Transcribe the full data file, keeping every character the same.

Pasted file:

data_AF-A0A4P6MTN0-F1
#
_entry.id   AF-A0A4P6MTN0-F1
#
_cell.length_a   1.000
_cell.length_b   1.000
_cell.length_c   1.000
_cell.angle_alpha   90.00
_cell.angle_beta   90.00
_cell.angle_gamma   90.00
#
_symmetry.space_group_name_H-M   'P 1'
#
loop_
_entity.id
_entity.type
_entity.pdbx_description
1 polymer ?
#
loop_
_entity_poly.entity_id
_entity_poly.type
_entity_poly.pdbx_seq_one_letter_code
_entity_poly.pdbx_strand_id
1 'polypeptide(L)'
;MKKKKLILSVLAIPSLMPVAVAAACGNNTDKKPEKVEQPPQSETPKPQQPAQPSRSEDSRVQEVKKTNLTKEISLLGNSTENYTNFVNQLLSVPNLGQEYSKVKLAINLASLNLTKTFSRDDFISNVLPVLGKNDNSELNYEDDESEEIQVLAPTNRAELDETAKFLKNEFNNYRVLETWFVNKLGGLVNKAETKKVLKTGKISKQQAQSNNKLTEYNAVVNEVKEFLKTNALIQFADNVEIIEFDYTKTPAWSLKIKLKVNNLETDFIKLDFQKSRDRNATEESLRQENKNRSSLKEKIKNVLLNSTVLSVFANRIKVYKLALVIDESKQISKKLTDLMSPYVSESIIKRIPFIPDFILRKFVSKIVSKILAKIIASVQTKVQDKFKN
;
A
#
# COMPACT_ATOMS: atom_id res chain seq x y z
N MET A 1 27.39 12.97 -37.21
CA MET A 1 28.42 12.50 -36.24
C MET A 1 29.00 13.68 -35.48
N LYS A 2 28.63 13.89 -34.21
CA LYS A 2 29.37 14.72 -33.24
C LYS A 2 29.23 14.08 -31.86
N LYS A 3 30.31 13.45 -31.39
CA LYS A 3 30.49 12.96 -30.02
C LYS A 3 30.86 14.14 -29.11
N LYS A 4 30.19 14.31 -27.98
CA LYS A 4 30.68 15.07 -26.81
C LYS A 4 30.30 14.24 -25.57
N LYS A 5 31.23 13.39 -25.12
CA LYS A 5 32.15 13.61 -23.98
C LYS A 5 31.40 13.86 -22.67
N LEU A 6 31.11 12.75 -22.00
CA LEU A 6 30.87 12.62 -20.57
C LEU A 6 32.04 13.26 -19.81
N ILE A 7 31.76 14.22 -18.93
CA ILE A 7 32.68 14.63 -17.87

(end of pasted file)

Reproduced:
data_AF-A0A4P6MTN0-F1
#
_entry.id   AF-A0A4P6MTN0-F1
#
_cell.length_a   1.000
_cell.length_b   1.000
_cell.length_c   1.000
_cell.angle_alpha   90.00
_cell.angle_beta   90.00
_cell.angle_gamma   90.00
#
_symmetry.space_group_name_H-M   'P 1'
#
loop_
_entity.id
_entity.type
_entity.pdbx_description
1 polymer ?
#
loop_
_entity_poly.entity_id
_entity_poly.type
_entity_poly.pdbx_seq_one_letter_code
_entity_poly.pdbx_strand_id
1 'polypeptide(L)'
;MKKKKLILSVLAIPSLMPVAVAAACGNNTDKKPEKVEQPPQSETPKPQQPAQPSRSEDSRVQEVKKTNLTKEISLLGNSTENYTNFVNQLLSVPNLGQEYSKVKLAINLASLNLTKTFSRDDFISNVLPVLGKNDNSELNYEDDESEEIQVLAPTNRAELDETAKFLKNEFNNYRVLETWFVNKLGGLVNKAETKKVLKTGKISKQQAQSNNKLTEYNAVVNEVKEFLKTNALIQFADNVEIIEFDYTKTPAWSLKIKLKVNNLETDFIKLDFQKSRDRNATEESLRQENKNRSSLKEKIKNVLLNSTVLSVFANRIKVYKLALVIDESKQISKKLTDLMSPYVSESIIKRIPFIPDFILRKFVSKIVSKILAKIIASVQTKVQDKFKN
;
A
#
# COMPACT_ATOMS: atom_id res chain seq x y z
N MET A 1 27.39 12.97 -37.21
CA MET A 1 28.42 12.50 -36.24
C MET A 1 29.00 13.68 -35.48
N LYS A 2 28.63 13.89 -34.21
CA LYS A 2 29.37 14.72 -33.24
C LYS A 2 29.23 14.08 -31.86
N LYS A 3 30.31 13.45 -31.39
CA LYS A 3 30.49 12.96 -30.02
C LYS A 3 30.86 14.14 -29.11
N LYS A 4 30.19 14.31 -27.98
CA LYS A 4 30.68 15.07 -26.81
C LYS A 4 30.30 14.24 -25.57
N LYS A 5 31.23 13.39 -25.12
CA LYS A 5 32.15 13.61 -23.98
C LYS A 5 31.40 13.86 -22.67
N LEU A 6 31.11 12.75 -22.00
CA LEU A 6 30.87 12.62 -20.57
C LEU A 6 32.04 13.26 -19.81
N ILE A 7 31.76 14.22 -18.93
CA ILE A 7 32.68 14.63 -17.87